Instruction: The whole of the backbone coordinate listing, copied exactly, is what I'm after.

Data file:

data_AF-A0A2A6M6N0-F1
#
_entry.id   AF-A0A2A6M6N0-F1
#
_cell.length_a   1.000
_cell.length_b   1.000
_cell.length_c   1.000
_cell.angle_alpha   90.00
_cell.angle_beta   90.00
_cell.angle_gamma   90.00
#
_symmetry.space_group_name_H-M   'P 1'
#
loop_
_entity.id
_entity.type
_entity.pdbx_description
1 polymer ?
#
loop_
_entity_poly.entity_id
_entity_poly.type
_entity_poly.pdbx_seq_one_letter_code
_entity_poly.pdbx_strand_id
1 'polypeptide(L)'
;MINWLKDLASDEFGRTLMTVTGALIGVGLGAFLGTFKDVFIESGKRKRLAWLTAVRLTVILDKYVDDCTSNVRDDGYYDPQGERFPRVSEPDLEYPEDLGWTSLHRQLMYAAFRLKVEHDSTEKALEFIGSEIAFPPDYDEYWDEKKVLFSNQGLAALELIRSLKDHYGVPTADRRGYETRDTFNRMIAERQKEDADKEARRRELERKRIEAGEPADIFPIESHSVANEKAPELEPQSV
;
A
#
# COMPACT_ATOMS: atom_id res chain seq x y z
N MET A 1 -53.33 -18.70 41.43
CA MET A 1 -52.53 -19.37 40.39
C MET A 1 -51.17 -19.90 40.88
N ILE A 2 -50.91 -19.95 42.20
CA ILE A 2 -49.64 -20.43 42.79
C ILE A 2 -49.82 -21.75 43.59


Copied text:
data_AF-A0A2A6M6N0-F1
#
_entry.id   AF-A0A2A6M6N0-F1
#
_cell.length_a   1.000
_cell.length_b   1.000
_cell.length_c   1.000
_cell.angle_alpha   90.00
_cell.angle_beta   90.00
_cell.angle_gamma   90.00
#
_symmetry.space_group_name_H-M   'P 1'
#
loop_
_entity.id
_entity.type
_entity.pdbx_description
1 polymer ?
#
loop_
_entity_poly.entity_id
_entity_poly.type
_entity_poly.pdbx_seq_one_letter_code
_entity_poly.pdbx_strand_id
1 'polypeptide(L)'
;MINWLKDLASDEFGRTLMTVTGALIGVGLGAFLGTFKDVFIESGKRKRLAWLTAVRLTVILDKYVDDCTSNVRDDGYYDPQGERFPRVSEPDLEYPEDLGWTSLHRQLMYAAFRLKVEHDSTEKALEFIGSEIAFPPDYDEYWDEKKVLFSNQGLAALELIRSLKDHYGVPTADRRGYETRDTFNRMIAERQKEDADKEARRRELERKRIEAGEPADIFPIESHSVANEKAPELEPQSV
;
A
#
# COMPACT_ATOMS: atom_id res chain seq x y z
N MET A 1 -53.33 -18.70 41.43
CA MET A 1 -52.53 -19.37 40.39
C MET A 1 -51.17 -19.90 40.88
N ILE A 2 -50.91 -19.95 42.20
CA ILE A 2 -49.64 -20.43 42.79
C ILE A 2 -49.82 -21.75 43.59